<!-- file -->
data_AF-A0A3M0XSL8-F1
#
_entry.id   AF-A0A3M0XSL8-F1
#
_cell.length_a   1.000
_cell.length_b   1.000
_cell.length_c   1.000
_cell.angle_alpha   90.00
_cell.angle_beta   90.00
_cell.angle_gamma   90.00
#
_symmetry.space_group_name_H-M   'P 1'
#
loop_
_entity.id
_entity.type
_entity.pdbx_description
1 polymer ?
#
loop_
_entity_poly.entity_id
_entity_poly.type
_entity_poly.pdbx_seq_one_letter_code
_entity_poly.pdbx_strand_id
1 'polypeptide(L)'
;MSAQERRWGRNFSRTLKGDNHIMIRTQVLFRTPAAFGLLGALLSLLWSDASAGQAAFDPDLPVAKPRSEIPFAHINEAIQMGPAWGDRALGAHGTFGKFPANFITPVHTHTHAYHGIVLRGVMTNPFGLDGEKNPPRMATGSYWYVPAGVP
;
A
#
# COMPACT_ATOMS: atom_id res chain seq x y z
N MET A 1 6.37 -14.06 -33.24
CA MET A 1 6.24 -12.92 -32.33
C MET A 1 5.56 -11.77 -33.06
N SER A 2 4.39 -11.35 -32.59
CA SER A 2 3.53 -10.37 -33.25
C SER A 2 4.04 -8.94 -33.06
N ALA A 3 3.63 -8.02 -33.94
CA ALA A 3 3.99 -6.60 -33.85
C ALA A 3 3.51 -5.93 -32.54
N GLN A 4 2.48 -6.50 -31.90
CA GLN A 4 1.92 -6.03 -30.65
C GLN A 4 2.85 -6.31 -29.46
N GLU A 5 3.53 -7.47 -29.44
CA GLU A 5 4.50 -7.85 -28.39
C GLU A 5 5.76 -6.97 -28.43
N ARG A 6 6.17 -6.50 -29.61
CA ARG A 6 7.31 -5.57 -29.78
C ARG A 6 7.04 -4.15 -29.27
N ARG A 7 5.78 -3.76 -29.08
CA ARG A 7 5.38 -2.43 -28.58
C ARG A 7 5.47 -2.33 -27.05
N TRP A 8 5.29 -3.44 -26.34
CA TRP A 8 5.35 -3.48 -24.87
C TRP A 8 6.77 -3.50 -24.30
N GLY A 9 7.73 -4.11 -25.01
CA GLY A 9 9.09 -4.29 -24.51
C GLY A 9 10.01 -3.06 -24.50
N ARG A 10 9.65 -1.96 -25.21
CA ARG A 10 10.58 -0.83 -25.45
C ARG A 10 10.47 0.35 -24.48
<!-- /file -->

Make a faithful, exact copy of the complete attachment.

data_AF-A0A3M0XSL8-F1
#
_entry.id   AF-A0A3M0XSL8-F1
#
_cell.length_a   1.000
_cell.length_b   1.000
_cell.length_c   1.000
_cell.angle_alpha   90.00
_cell.angle_beta   90.00
_cell.angle_gamma   90.00
#
_symmetry.space_group_name_H-M   'P 1'
#
loop_
_entity.id
_entity.type
_entity.pdbx_description
1 polymer ?
#
loop_
_entity_poly.entity_id
_entity_poly.type
_entity_poly.pdbx_seq_one_letter_code
_entity_poly.pdbx_strand_id
1 'polypeptide(L)'
;MSAQERRWGRNFSRTLKGDNHIMIRTQVLFRTPAAFGLLGALLSLLWSDASAGQAAFDPDLPVAKPRSEIPFAHINEAIQMGPAWGDRALGAHGTFGKFPANFITPVHTHTHAYHGIVLRGVMTNPFGLDGEKNPPRMATGSYWYVPAGVP
;
A
#
# COMPACT_ATOMS: atom_id res chain seq x y z
N MET A 1 6.37 -14.06 -33.24
CA MET A 1 6.24 -12.92 -32.33
C MET A 1 5.56 -11.77 -33.06
N SER A 2 4.39 -11.35 -32.59
CA SER A 2 3.53 -10.37 -33.25
C SER A 2 4.04 -8.94 -33.06
N ALA A 3 3.63 -8.02 -33.94
CA ALA A 3 3.99 -6.60 -33.85
C ALA A 3 3.51 -5.93 -32.54
N GLN A 4 2.48 -6.50 -31.90
CA GLN A 4 1.92 -6.03 -30.65
C GLN A 4 2.85 -6.31 -29.46
N GLU A 5 3.53 -7.47 -29.44
CA GLU A 5 4.50 -7.85 -28.39
C GLU A 5 5.76 -6.97 -28.43
N ARG A 6 6.17 -6.50 -29.61
CA ARG A 6 7.31 -5.57 -29.78
C ARG A 6 7.04 -4.15 -29.27
N ARG A 7 5.78 -3.76 -29.08
CA ARG A 7 5.38 -2.43 -28.58
C ARG A 7 5.47 -2.33 -27.05
N TRP A 8 5.29 -3.44 -26.34
CA TRP A 8 5.35 -3.48 -24.87
C TRP A 8 6.77 -3.50 -24.30
N GLY A 9 7.73 -4.11 -25.01
CA GLY A 9 9.09 -4.29 -24.51
C GLY A 9 10.01 -3.06 -24.50
N ARG A 10 9.65 -1.96 -25.21
CA ARG A 10 10.58 -0.83 -25.45
C ARG A 10 10.47 0.35 -24.48